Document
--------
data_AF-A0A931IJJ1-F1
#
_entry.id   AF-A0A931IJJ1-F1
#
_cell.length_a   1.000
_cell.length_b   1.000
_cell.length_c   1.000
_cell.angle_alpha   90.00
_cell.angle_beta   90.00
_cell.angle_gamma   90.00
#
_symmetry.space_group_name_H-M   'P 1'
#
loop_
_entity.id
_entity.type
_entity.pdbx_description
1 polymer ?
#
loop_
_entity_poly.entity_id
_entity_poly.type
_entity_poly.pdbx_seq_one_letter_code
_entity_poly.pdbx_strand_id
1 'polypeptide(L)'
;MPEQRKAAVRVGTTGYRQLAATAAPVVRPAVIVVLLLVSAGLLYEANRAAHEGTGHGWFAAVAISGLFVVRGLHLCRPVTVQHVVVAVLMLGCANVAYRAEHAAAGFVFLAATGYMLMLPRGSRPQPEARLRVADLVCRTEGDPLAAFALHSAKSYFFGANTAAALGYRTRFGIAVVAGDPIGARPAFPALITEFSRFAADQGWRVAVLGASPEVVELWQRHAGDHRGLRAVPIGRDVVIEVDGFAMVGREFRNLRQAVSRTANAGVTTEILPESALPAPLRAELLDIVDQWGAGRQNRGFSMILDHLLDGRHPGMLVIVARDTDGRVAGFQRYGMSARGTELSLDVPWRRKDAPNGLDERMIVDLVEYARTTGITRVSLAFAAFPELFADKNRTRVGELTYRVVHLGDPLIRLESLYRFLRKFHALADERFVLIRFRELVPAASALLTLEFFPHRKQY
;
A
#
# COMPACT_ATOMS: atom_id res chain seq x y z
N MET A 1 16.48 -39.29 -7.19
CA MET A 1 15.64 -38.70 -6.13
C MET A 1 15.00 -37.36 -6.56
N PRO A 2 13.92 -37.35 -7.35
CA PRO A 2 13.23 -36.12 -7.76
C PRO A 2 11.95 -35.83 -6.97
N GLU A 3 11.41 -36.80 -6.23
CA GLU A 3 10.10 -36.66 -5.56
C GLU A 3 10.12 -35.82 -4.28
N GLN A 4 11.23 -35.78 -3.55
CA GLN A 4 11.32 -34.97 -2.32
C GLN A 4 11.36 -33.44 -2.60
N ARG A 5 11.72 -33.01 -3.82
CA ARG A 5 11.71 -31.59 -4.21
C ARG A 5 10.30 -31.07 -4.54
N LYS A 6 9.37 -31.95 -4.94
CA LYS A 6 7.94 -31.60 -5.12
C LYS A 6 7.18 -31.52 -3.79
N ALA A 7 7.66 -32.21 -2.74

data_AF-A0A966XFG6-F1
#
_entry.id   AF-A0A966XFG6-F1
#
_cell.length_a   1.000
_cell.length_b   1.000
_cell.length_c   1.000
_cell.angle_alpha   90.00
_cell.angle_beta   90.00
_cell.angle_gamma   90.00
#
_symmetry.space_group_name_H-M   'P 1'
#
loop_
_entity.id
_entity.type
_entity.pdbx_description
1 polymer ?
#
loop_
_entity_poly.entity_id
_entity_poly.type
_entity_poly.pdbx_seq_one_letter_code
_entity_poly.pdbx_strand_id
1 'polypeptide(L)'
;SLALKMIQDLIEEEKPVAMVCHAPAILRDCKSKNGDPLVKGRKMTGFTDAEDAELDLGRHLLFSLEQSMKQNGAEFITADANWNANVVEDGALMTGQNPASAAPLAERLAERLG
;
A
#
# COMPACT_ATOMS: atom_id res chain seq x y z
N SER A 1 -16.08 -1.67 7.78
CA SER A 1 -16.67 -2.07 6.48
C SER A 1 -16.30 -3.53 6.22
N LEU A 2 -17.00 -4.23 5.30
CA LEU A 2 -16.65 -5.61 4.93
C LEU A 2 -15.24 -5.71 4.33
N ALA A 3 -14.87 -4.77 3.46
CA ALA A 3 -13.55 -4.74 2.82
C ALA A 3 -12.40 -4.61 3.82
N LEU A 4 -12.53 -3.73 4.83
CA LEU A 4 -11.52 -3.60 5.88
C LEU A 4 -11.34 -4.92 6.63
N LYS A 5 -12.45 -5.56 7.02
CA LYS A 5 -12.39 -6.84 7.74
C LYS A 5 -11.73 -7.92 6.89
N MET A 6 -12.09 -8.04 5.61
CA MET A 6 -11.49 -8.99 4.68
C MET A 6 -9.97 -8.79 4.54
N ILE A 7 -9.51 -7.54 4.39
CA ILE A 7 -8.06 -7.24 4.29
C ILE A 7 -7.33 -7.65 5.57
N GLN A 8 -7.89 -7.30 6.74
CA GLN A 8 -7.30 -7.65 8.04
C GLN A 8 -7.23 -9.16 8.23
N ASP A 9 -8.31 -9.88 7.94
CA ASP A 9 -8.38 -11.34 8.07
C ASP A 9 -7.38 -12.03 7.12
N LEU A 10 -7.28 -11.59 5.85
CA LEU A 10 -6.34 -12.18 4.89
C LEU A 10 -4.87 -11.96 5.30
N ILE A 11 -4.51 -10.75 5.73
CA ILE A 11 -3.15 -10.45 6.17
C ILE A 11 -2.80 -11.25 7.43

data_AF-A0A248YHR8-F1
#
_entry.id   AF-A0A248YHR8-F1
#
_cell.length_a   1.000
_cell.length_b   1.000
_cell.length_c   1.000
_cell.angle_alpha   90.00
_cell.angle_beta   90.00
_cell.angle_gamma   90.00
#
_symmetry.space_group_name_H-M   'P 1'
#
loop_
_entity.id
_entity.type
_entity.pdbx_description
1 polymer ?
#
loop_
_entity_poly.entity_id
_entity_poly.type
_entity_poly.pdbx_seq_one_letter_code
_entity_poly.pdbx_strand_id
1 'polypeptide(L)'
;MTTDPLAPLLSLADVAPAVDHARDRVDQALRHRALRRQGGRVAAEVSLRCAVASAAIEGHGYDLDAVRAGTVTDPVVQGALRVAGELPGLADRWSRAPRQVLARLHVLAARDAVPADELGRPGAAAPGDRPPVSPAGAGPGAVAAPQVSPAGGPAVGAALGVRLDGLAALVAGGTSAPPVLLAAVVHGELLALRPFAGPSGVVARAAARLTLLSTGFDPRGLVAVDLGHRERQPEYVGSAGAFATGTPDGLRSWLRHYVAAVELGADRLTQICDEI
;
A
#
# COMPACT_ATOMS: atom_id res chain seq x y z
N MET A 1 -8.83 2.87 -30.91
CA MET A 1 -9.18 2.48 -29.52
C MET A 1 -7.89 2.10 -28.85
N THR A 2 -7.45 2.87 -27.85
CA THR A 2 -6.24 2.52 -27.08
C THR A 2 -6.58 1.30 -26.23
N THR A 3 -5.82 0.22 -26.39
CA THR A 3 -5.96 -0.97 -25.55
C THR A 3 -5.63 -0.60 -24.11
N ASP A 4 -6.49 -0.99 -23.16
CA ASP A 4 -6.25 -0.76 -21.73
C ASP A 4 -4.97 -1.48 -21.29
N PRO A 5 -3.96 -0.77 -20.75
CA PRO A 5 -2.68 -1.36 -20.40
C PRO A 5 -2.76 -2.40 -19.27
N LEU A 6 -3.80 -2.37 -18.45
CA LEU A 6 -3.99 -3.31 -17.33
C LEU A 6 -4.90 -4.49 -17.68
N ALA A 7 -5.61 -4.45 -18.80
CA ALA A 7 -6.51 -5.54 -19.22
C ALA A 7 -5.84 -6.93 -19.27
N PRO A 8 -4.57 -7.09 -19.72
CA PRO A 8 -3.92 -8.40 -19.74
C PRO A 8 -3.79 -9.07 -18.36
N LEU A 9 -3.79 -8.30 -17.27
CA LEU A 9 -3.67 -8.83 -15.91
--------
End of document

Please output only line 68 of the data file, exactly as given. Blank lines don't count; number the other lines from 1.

#